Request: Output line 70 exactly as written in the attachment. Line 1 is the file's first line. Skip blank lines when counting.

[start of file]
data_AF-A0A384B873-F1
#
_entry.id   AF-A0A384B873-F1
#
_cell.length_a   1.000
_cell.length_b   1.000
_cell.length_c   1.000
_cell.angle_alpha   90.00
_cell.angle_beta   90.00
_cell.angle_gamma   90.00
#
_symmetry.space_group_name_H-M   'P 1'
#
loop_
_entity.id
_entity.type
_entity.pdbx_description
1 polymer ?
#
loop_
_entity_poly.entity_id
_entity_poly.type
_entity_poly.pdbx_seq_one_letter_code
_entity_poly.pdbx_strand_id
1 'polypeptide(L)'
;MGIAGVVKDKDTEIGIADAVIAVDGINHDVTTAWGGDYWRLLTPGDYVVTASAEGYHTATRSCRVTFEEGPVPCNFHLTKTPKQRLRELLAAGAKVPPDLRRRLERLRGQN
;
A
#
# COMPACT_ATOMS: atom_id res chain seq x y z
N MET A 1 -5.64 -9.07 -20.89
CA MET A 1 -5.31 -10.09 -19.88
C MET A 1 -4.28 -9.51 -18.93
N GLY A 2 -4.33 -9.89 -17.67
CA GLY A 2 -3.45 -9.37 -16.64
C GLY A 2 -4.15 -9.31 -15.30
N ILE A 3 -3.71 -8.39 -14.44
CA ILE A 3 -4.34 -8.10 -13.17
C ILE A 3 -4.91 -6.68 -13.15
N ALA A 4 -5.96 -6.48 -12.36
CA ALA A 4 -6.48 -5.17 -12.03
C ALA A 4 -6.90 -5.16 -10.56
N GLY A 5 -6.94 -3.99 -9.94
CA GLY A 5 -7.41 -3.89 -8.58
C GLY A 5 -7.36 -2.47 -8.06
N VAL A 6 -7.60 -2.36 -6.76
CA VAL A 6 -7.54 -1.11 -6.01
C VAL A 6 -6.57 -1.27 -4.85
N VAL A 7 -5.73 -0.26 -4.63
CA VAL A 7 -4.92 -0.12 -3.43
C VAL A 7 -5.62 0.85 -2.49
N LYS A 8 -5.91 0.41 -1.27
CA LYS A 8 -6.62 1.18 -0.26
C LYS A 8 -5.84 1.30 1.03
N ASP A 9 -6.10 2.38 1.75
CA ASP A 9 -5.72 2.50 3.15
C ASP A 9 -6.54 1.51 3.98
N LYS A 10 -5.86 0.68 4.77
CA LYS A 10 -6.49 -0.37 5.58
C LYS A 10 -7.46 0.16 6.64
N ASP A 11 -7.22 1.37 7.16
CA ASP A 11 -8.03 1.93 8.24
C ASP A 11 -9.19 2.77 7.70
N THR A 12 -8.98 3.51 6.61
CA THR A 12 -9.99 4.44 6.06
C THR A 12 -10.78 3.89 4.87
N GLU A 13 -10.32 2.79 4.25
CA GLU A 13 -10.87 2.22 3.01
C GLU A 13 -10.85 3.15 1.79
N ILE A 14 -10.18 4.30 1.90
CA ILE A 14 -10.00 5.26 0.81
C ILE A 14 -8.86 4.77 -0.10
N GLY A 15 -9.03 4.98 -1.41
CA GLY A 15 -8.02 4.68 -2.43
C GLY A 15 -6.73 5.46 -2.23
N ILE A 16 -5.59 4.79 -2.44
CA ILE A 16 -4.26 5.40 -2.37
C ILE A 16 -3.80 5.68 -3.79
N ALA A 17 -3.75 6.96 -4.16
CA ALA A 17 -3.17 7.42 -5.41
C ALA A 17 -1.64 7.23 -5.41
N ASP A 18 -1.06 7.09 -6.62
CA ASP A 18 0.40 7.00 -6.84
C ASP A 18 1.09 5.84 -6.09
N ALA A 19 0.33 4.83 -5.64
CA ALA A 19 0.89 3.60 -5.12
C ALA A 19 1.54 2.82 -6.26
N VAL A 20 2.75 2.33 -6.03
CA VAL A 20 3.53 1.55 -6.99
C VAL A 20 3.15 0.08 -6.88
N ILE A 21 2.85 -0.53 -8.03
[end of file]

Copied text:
N ILE A 14 -10.18 4.30 1.90